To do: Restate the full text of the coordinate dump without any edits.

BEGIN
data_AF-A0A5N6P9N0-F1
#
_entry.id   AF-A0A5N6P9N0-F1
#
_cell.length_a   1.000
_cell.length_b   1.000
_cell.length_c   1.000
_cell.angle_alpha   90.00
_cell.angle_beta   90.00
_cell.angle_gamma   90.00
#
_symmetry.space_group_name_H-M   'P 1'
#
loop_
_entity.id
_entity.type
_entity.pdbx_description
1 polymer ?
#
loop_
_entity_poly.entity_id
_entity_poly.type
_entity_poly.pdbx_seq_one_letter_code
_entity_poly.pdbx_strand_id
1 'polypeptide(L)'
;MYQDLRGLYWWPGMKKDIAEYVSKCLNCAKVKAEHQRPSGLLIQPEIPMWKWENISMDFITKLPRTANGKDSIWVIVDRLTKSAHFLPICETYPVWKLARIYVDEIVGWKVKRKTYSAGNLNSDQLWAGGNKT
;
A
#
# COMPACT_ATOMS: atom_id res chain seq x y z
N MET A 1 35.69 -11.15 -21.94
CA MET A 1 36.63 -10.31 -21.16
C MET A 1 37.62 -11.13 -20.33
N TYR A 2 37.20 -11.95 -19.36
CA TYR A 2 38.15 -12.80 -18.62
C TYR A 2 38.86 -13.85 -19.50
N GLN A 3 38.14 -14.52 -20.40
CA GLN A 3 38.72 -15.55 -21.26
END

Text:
data_AF-A0A5N6P9N0-F1
#
_entry.id   AF-A0A5N6P9N0-F1
#
_cell.length_a   1.000
_cell.length_b   1.000
_cell.length_c   1.000
_cell.angle_alpha   90.00
_cell.angle_beta   90.00
_cell.angle_gamma   90.00
#
_symmetry.space_group_name_H-M   'P 1'
#
loop_
_entity.id
_entity.type
_entity.pdbx_description
1 polymer ?
#
loop_
_entity_poly.entity_id
_entity_poly.type
_entity_poly.pdbx_seq_one_letter_code
_entity_poly.pdbx_strand_id
1 'polypeptide(L)'
;MYQDLRGLYWWPGMKKDIAEYVSKCLNCAKVKAEHQRPSGLLIQPEIPMWKWENISMDFITKLPRTANGKDSIWVIVDRLTKSAHFLPICETYPVWKLARIYVDEIVGWKVKRKTYSAGNLNSDQLWAGGNKT
;
A
#
# COMPACT_ATOMS: atom_id res chain seq x y z
N MET A 1 35.69 -11.15 -21.94
CA MET A 1 36.63 -10.31 -21.16
C MET A 1 37.62 -11.13 -20.33
N TYR A 2 37.20 -11.95 -19.36
CA TYR A 2 38.15 -12.80 -18.62
C TYR A 2 38.86 -13.85 -19.50
N GLN A 3 38.14 -14.52 -20.40
CA GLN A 3 38.72 -15.55 -21.26